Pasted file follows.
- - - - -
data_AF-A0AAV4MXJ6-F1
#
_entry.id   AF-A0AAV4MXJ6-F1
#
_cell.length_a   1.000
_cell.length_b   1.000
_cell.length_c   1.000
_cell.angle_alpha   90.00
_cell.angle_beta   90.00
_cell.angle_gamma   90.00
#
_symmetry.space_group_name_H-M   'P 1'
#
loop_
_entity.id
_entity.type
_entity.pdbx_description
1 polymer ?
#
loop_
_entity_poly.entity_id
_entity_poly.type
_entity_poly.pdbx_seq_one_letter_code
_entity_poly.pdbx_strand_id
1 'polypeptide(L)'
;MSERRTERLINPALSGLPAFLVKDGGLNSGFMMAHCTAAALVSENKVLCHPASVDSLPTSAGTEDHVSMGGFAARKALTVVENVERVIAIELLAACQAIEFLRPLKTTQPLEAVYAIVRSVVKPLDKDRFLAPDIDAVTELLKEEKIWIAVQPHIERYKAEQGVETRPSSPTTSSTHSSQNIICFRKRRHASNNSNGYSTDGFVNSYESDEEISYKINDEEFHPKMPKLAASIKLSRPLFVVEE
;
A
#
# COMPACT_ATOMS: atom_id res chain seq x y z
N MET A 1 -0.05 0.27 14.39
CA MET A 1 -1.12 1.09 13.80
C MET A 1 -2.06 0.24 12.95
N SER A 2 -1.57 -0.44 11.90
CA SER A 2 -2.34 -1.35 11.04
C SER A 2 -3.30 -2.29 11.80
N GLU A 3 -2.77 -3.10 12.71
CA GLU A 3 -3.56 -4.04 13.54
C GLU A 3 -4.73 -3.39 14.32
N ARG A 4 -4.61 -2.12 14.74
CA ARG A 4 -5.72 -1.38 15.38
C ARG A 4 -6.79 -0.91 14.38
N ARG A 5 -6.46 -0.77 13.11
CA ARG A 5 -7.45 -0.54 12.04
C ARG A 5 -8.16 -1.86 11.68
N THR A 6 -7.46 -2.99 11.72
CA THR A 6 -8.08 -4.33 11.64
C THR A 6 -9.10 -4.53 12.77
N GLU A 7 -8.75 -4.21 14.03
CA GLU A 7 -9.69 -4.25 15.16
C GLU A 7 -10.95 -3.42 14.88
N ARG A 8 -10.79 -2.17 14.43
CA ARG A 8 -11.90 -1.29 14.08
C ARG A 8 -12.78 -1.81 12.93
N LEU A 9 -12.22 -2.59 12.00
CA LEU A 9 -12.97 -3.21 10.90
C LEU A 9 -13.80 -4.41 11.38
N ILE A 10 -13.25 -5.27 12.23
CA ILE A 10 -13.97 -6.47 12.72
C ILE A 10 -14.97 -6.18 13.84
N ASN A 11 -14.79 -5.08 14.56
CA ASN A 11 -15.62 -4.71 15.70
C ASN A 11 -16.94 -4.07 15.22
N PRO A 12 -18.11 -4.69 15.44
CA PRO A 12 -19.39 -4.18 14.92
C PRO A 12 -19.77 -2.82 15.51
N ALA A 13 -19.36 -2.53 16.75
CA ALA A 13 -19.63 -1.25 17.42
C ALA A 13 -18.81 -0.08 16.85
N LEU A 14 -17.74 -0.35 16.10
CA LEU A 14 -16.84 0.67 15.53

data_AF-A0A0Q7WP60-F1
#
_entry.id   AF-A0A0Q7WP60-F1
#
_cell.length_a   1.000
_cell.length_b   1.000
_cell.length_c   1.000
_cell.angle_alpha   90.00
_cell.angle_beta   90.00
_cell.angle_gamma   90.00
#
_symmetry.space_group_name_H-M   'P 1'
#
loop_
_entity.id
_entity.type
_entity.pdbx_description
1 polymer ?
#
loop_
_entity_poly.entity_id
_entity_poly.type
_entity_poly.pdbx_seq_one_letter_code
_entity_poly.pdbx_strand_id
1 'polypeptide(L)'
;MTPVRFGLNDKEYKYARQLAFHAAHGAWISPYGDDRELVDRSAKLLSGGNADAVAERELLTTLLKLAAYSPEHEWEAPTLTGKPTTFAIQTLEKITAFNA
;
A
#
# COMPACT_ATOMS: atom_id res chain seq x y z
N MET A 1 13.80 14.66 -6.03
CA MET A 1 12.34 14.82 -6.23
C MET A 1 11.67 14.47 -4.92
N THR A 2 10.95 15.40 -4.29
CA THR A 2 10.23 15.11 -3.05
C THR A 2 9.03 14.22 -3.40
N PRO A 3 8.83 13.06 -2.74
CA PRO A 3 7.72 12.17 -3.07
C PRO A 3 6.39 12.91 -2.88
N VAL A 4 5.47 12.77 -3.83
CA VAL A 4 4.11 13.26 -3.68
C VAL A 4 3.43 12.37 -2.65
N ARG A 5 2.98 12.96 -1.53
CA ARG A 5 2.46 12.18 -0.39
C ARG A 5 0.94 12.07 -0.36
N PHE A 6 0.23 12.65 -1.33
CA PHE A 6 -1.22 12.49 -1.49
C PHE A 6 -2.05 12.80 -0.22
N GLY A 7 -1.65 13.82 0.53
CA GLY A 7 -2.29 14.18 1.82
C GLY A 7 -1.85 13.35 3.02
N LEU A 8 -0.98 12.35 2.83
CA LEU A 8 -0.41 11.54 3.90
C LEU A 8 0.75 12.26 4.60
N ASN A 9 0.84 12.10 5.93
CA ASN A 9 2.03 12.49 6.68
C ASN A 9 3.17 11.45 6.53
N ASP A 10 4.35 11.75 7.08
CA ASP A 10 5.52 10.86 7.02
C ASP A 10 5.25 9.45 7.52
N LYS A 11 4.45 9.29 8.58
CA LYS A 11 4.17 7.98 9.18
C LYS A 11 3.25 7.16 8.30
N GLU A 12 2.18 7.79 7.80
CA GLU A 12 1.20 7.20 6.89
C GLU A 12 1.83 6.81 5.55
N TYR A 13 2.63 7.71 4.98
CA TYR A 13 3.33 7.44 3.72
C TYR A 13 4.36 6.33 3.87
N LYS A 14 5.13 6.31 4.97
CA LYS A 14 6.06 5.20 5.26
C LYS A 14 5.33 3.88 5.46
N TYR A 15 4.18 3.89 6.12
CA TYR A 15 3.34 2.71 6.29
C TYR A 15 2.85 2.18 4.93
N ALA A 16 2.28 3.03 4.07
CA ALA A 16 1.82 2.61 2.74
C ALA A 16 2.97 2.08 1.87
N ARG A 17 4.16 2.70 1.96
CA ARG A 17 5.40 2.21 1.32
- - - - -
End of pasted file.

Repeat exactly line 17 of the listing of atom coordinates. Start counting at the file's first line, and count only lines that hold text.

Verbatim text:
_entity.pdbx_description